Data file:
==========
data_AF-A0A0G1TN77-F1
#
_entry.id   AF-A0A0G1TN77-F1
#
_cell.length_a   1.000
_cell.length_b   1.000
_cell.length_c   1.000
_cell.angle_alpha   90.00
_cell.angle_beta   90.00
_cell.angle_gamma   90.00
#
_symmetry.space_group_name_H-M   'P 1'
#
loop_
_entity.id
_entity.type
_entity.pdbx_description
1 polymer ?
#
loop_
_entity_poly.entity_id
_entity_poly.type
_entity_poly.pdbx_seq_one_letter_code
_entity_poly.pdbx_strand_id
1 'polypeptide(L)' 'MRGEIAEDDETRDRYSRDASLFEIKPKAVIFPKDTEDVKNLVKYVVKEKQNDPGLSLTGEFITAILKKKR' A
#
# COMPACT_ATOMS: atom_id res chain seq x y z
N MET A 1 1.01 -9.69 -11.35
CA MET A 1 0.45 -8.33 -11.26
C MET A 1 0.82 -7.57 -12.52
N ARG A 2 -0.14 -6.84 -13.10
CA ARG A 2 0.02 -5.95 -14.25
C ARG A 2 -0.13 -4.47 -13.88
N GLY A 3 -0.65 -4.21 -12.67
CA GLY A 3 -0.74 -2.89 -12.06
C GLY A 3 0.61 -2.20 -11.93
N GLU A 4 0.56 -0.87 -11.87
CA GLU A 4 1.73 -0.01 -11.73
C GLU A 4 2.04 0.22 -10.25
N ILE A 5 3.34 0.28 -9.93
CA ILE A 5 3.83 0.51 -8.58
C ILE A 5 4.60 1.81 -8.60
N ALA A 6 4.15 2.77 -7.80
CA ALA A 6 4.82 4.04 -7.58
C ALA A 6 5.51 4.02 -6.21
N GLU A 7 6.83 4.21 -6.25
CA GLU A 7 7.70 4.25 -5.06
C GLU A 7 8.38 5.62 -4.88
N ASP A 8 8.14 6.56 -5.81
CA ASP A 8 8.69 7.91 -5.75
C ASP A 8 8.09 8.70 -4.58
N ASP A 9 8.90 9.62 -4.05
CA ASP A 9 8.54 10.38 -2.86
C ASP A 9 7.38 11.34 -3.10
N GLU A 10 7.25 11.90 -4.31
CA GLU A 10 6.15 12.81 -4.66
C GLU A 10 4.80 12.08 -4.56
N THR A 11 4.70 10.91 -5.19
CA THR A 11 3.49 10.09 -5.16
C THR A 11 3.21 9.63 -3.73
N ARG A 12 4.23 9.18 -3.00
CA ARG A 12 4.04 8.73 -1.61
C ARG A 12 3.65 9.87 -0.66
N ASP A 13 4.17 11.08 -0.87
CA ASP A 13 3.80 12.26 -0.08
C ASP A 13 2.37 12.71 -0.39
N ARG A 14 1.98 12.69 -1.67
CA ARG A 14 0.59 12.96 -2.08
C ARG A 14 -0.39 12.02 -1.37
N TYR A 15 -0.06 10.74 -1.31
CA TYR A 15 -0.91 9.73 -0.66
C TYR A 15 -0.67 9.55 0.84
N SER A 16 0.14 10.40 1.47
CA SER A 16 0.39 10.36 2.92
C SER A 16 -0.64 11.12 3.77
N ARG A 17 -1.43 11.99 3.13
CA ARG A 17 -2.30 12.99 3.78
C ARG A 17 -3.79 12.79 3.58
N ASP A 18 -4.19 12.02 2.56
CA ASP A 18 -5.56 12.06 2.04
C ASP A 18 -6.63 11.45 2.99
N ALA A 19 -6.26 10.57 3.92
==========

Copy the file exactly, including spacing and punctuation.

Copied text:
data_AF-A0A0G1TN77-F1
#
_entry.id   AF-A0A0G1TN77-F1
#
_cell.length_a   1.000
_cell.length_b   1.000
_cell.length_c   1.000
_cell.angle_alpha   90.00
_cell.angle_beta   90.00
_cell.angle_gamma   90.00
#
_symmetry.space_group_name_H-M   'P 1'
#
loop_
_entity.id
_entity.type
_entity.pdbx_description
1 polymer ?
#
loop_
_entity_poly.entity_id
_entity_poly.type
_entity_poly.pdbx_seq_one_letter_code
_entity_poly.pdbx_strand_id
1 'polypeptide(L)' 'MRGEIAEDDETRDRYSRDASLFEIKPKAVIFPKDTEDVKNLVKYVVKEKQNDPGLSLTGEFITAILKKKR' A
#
# COMPACT_ATOMS: atom_id res chain seq x y z
N MET A 1 1.01 -9.69 -11.35
CA MET A 1 0.45 -8.33 -11.26
C MET A 1 0.82 -7.57 -12.52
N ARG A 2 -0.14 -6.84 -13.10
CA ARG A 2 0.02 -5.95 -14.25
C ARG A 2 -0.13 -4.47 -13.88
N GLY A 3 -0.65 -4.21 -12.67
CA GLY A 3 -0.74 -2.89 -12.06
C GLY A 3 0.61 -2.20 -11.93
N GLU A 4 0.56 -0.87 -11.87
CA GLU A 4 1.73 -0.01 -11.73
C GLU A 4 2.04 0.22 -10.25
N ILE A 5 3.34 0.28 -9.93
CA ILE A 5 3.83 0.51 -8.58
C ILE A 5 4.60 1.81 -8.60
N ALA A 6 4.15 2.77 -7.80
CA ALA A 6 4.82 4.04 -7.58
C ALA A 6 5.51 4.02 -6.21
N GLU A 7 6.83 4.21 -6.25
CA GLU A 7 7.70 4.25 -5.06
C GLU A 7 8.38 5.62 -4.88
N ASP A 8 8.14 6.56 -5.81
CA ASP A 8 8.69 7.91 -5.75
C ASP A 8 8.09 8.70 -4.58
N ASP A 9 8.90 9.62 -4.05
CA ASP A 9 8.54 10.38 -2.86
C ASP A 9 7.38 11.34 -3.10
N GLU A 10 7.25 11.90 -4.31
CA GLU A 10 6.15 12.81 -4.66
C GLU A 10 4.80 12.08 -4.56
N THR A 11 4.70 10.91 -5.19
CA THR A 11 3.49 10.09 -5.16
C THR A 11 3.21 9.63 -3.73
N ARG A 12 4.23 9.18 -3.00
CA ARG A 12 4.04 8.73 -1.61
C ARG A 12 3.65 9.87 -0.66
N ASP A 13 4.17 11.08 -0.87
CA ASP A 13 3.80 12.26 -0.08
C ASP A 13 2.37 12.71 -0.39
N ARG A 14 1.98 12.69 -1.67
CA ARG A 14 0.59 12.96 -2.08
C ARG A 14 -0.39 12.02 -1.37
N TYR A 15 -0.06 10.74 -1.31
CA TYR A 15 -0.91 9.73 -0.66
C TYR A 15 -0.67 9.55 0.84
N SER A 16 0.14 10.40 1.47
CA SER A 16 0.39 10.36 2.92
C SER A 16 -0.64 11.12 3.77
N ARG A 17 -1.43 11.99 3.13
CA ARG A 17 -2.30 12.99 3.78
C ARG A 17 -3.79 12.79 3.58
N ASP A 18 -4.19 12.02 2.56
CA ASP A 18 -5.56 12.06 2.04
C ASP A 18 -6.63 11.45 2.99
N ALA A 19 -6.26 10.57 3.92